The Bulldogs’ defense and rebounding made up for all the missed shots.
Former Whitefield Academy star Kenny Gaines scored 15 points, Marcus Thornton had 11 points and 13 rebounds and Georgia beat Arkansas 66-61 in overtime on Saturday to continue its strong start in Southeastern Conference games.
Georgia made only 18 of 58 shots from the field for a season-low 31 percent, but it outrebounded Arkansas 56-34 and held the Razorbacks 23 points below their SEC-leading average of 84.7 points per game.
“That’s a hard-fought SEC game,” Fox said. “We beat a really good Arkansas team. We should feel like we accomplished something (Saturday).”
Gaines opened the overtime period with a 3-pointer and Charles Mann scored the next four points for the Bulldogs (9-7, 3-1 SEC). Mann, who was only 2-of-10 from the field, scored six of his nine points in the extra period.
“I was being more aggressive and just keeping my head up,” Mann said. “... I just wanted to keep my head up and make something happen.”
It was the third straight overtime game for Arkansas (12-5, 1-3 SEC). The Razorbacks previously lost to No. 7 Florida but beat No. 13 Kentucky in overtime.
Fouls were a problem for the Razorbacks, who were outscored 28-12 at the free-throw line.
“Georgia did a good job when it got to the free-throw line,” said Arkansas coach Mike Anderson. “We were in a good position. It comes back to free throws.”
The Razorbacks had an opportunity to win the game in regulation. Anderson called timeout with 21.8 seconds remaining but Rashad Madden missed a 3-pointer and the Razorbacks couldn’t get off another shot before the end of regulation.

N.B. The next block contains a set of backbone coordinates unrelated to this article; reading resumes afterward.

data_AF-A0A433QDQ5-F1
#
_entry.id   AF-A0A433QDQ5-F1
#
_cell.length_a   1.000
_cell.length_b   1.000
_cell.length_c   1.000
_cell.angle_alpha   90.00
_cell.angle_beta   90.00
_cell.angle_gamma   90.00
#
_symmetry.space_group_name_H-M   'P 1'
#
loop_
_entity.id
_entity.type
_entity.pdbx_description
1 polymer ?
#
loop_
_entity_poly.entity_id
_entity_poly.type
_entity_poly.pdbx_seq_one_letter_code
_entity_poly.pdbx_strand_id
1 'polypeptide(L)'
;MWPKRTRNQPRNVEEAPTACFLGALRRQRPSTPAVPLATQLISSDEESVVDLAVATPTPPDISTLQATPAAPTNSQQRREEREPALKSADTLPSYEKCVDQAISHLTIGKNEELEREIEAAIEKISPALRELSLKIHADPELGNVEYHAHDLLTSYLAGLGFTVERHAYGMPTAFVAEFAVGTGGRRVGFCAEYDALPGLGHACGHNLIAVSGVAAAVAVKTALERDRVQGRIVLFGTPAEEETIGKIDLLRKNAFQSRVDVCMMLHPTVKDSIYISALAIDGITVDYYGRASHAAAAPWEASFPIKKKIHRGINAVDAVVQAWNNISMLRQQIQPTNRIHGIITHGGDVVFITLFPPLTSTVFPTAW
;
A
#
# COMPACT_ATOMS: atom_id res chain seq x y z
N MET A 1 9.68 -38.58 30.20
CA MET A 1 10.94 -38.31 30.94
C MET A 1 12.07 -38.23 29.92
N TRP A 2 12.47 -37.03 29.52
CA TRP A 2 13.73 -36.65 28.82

“We were right there,” Anderson said. “Sometimes you just have to find a way. We had the last shot, and we wanted to attack the basket. We had an opportunity. ... Give Georgia credit. They found a way.”
Coty Clarke had 13 points for Arkansas, which led by seven points at 41-34 in the second half. Madden and Fred Gulley each had 12 points. Clarke and Gulley fouled out.
Arkansas has lost five straight SEC road games.
The Bulldogs improved to 8-0 when holding opponents under 70 points.
“We’ve gotten increasingly better on defense the last two weeks, three weeks,” Thornton said. “We knew it would be pivotal.”
Thornton, a junior who has had three knee surgeries, recorded his first career double-double. It was Georgia’s first double-double of the season.
“I tell you, we had some guys who haven’t been in the limelight who were heroes (Saturday),” Fox said, referring to Thornton and freshmen J.J. Frazier and Juwan Parker.
Frazier and Parker combined for seven points, all on free throws.
“I thought J.J. gave us a big lift (Saturday),” Fox said.
Despite trailing 29-28 at halftime, the Bulldogs were encouraged by the low-scoring pace.
“I think we felt pretty good with that,” Thornton said. “We shot 29 percent in the half, and we knew we had to be better than that.”
Georgia, which struggled in its nonconference schedule, losing to Georgia Tech, Davidson, Temple and Nebraska, has evolved as a physical team which relies on its defense.
“I like that (physical) style of play,” Thornton said. “I don’t know if you could have said that a month or so ago, so it’s good that we’re definitely starting to get that and impose that on people.”
Mann made one of two free throws to open the second half but went to the bench with three fouls early in the half. Mann’s replacement, Frazier (5-10, 150), struggled in his matchup against Gulley, who hit two 3-pointers and scored on a drive in a span of eight straight points for Arkansas that gave the Razorbacks a 41-34 lead.
Georgia answered with a 6-0 run and finally took a 49-48 lead on a Brandon Morris layup with 3:16 remaining.
After Frazier made one of two free throws, Alandise Harris drove past Thornton for a layup for Arkansas, tying the game at 50-all. Georgia pulled ahead with two free throws by Brandon Morris before Madden answered with two free throws for Arkansas.